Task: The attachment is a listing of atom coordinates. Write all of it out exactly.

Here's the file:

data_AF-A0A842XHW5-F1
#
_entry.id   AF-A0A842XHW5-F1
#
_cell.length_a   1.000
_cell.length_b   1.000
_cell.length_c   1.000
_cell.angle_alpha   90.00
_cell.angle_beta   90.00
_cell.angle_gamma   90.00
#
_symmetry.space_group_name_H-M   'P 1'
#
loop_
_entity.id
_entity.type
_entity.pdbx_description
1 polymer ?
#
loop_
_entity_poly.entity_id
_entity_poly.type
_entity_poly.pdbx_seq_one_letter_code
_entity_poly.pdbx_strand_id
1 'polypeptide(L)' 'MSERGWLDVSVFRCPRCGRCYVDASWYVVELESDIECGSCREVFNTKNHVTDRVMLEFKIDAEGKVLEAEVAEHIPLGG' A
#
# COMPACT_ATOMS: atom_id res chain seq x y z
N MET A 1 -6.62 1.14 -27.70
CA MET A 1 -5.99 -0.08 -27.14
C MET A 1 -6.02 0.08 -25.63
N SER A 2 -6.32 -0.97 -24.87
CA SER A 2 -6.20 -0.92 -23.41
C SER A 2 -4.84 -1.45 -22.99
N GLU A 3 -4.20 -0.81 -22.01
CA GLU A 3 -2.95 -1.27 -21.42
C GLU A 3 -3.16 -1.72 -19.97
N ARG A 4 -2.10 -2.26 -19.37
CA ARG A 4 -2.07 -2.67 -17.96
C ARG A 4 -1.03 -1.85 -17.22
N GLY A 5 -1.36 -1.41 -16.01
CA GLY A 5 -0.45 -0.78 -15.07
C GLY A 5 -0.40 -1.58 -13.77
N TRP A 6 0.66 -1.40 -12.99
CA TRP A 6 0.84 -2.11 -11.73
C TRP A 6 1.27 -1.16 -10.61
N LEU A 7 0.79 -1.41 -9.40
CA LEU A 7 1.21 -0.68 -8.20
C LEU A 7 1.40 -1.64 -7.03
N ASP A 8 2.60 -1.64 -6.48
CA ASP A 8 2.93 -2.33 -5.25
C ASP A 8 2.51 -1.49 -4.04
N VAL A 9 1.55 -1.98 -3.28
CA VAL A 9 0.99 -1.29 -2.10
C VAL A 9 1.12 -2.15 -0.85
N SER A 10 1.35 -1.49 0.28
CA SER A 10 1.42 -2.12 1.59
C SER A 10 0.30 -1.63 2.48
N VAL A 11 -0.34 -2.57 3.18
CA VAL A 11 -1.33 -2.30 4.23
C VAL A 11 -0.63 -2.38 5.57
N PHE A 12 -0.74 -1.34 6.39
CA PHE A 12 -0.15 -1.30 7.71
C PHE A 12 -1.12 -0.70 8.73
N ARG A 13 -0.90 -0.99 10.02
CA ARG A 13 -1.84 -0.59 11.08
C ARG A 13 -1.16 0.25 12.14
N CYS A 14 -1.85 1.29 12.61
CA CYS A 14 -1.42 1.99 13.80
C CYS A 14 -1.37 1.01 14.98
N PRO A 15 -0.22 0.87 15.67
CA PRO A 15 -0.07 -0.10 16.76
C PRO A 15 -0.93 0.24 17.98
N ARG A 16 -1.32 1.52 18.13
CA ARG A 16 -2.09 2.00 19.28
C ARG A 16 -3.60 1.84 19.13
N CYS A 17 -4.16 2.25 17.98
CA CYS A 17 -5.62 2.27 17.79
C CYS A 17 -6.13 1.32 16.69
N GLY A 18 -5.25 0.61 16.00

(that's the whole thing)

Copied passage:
data_AF-A0A842XHW5-F1
#
_entry.id   AF-A0A842XHW5-F1
#
_cell.length_a   1.000
_cell.length_b   1.000
_cell.length_c   1.000
_cell.angle_alpha   90.00
_cell.angle_beta   90.00
_cell.angle_gamma   90.00
#
_symmetry.space_group_name_H-M   'P 1'
#
loop_
_entity.id
_entity.type
_entity.pdbx_description
1 polymer ?
#
loop_
_entity_poly.entity_id
_entity_poly.type
_entity_poly.pdbx_seq_one_letter_code
_entity_poly.pdbx_strand_id
1 'polypeptide(L)' 'MSERGWLDVSVFRCPRCGRCYVDASWYVVELESDIECGSCREVFNTKNHVTDRVMLEFKIDAEGKVLEAEVAEHIPLGG' A
#
# COMPACT_ATOMS: atom_id res chain seq x y z
N MET A 1 -6.62 1.14 -27.70
CA MET A 1 -5.99 -0.08 -27.14
C MET A 1 -6.02 0.08 -25.63
N SER A 2 -6.32 -0.97 -24.87
CA SER A 2 -6.20 -0.92 -23.41
C SER A 2 -4.84 -1.45 -22.99
N GLU A 3 -4.20 -0.81 -22.01
CA GLU A 3 -2.95 -1.27 -21.42
C GLU A 3 -3.16 -1.72 -19.97
N ARG A 4 -2.10 -2.26 -19.37
CA ARG A 4 -2.07 -2.67 -17.96
C ARG A 4 -1.03 -1.85 -17.22
N GLY A 5 -1.36 -1.41 -16.01
CA GLY A 5 -0.45 -0.78 -15.07
C GLY A 5 -0.40 -1.58 -13.77
N TRP A 6 0.66 -1.40 -12.99
CA TRP A 6 0.84 -2.11 -11.73
C TRP A 6 1.27 -1.16 -10.61
N LEU A 7 0.79 -1.41 -9.40
CA LEU A 7 1.21 -0.68 -8.20
C LEU A 7 1.40 -1.64 -7.03
N ASP A 8 2.60 -1.64 -6.48
CA ASP A 8 2.93 -2.33 -5.25
C ASP A 8 2.51 -1.49 -4.04
N VAL A 9 1.55 -1.98 -3.28
CA VAL A 9 0.99 -1.29 -2.10
C VAL A 9 1.12 -2.15 -0.85
N SER A 10 1.35 -1.49 0.28
CA SER A 10 1.42 -2.12 1.59
C SER A 10 0.30 -1.63 2.48
N VAL A 11 -0.34 -2.57 3.18
CA VAL A 11 -1.33 -2.30 4.23
C VAL A 11 -0.63 -2.38 5.57
N PHE A 12 -0.74 -1.34 6.39
CA PHE A 12 -0.15 -1.30 7.71
C PHE A 12 -1.12 -0.70 8.73
N ARG A 13 -0.90 -0.99 10.02
CA ARG A 13 -1.84 -0.59 11.08
C ARG A 13 -1.16 0.25 12.14
N CYS A 14 -1.85 1.29 12.61
CA CYS A 14 -1.42 1.99 13.80
C CYS A 14 -1.37 1.01 14.98
N PRO A 15 -0.22 0.87 15.67
CA PRO A 15 -0.07 -0.10 16.76
C PRO A 15 -0.93 0.24 17.98
N ARG A 16 -1.32 1.52 18.13
CA ARG A 16 -2.09 2.00 19.28
C ARG A 16 -3.60 1.84 19.13
N CYS A 17 -4.16 2.25 17.98
CA CYS A 17 -5.62 2.27 17.79
C CYS A 17 -6.13 1.32 16.69
N GLY A 18 -5.25 0.61 16.00